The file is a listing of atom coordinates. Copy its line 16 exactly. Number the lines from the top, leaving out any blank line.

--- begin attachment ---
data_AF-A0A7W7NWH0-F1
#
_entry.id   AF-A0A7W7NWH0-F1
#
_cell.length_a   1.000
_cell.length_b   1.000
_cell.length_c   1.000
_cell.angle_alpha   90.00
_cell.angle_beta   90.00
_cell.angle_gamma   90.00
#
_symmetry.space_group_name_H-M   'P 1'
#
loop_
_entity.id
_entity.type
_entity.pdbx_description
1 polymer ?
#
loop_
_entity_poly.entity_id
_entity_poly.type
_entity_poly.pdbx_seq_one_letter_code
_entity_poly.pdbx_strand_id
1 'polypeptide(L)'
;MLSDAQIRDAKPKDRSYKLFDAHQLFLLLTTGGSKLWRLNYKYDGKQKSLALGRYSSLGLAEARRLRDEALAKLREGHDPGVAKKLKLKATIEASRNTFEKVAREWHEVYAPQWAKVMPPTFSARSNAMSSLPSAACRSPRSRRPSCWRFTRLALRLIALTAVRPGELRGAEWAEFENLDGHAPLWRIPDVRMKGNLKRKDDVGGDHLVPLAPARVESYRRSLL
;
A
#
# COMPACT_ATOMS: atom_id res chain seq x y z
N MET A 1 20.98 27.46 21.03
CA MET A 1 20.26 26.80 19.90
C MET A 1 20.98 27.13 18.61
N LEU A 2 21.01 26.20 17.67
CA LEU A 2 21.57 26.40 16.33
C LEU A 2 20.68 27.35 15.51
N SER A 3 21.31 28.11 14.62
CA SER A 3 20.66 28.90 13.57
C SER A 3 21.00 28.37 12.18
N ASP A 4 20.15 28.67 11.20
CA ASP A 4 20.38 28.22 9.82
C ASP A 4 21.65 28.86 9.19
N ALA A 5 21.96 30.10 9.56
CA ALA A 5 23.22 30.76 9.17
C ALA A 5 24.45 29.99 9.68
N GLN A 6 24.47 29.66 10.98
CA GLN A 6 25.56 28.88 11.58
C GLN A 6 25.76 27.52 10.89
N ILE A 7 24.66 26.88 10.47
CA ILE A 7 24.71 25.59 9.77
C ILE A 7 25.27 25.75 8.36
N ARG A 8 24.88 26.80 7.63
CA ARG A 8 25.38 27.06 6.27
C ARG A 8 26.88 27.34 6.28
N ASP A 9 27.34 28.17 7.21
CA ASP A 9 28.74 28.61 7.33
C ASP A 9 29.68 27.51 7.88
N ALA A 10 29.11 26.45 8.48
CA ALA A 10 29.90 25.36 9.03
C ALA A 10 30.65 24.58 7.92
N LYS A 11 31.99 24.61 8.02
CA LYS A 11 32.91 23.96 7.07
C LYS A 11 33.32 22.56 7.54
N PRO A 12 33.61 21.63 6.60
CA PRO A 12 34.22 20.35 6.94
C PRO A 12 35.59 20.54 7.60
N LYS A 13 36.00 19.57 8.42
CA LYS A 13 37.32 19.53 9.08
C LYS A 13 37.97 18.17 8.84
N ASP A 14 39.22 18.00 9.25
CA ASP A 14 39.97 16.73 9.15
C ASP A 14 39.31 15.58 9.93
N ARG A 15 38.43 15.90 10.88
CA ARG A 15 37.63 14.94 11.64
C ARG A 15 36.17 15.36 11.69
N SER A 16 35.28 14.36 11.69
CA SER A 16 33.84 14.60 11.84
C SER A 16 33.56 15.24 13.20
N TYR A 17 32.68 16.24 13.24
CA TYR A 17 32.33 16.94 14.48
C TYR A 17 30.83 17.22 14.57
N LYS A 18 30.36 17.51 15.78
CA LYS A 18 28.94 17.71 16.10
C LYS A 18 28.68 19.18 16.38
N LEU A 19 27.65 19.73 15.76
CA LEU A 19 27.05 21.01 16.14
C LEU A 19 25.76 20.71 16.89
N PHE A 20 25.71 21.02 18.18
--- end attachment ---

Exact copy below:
_entity.type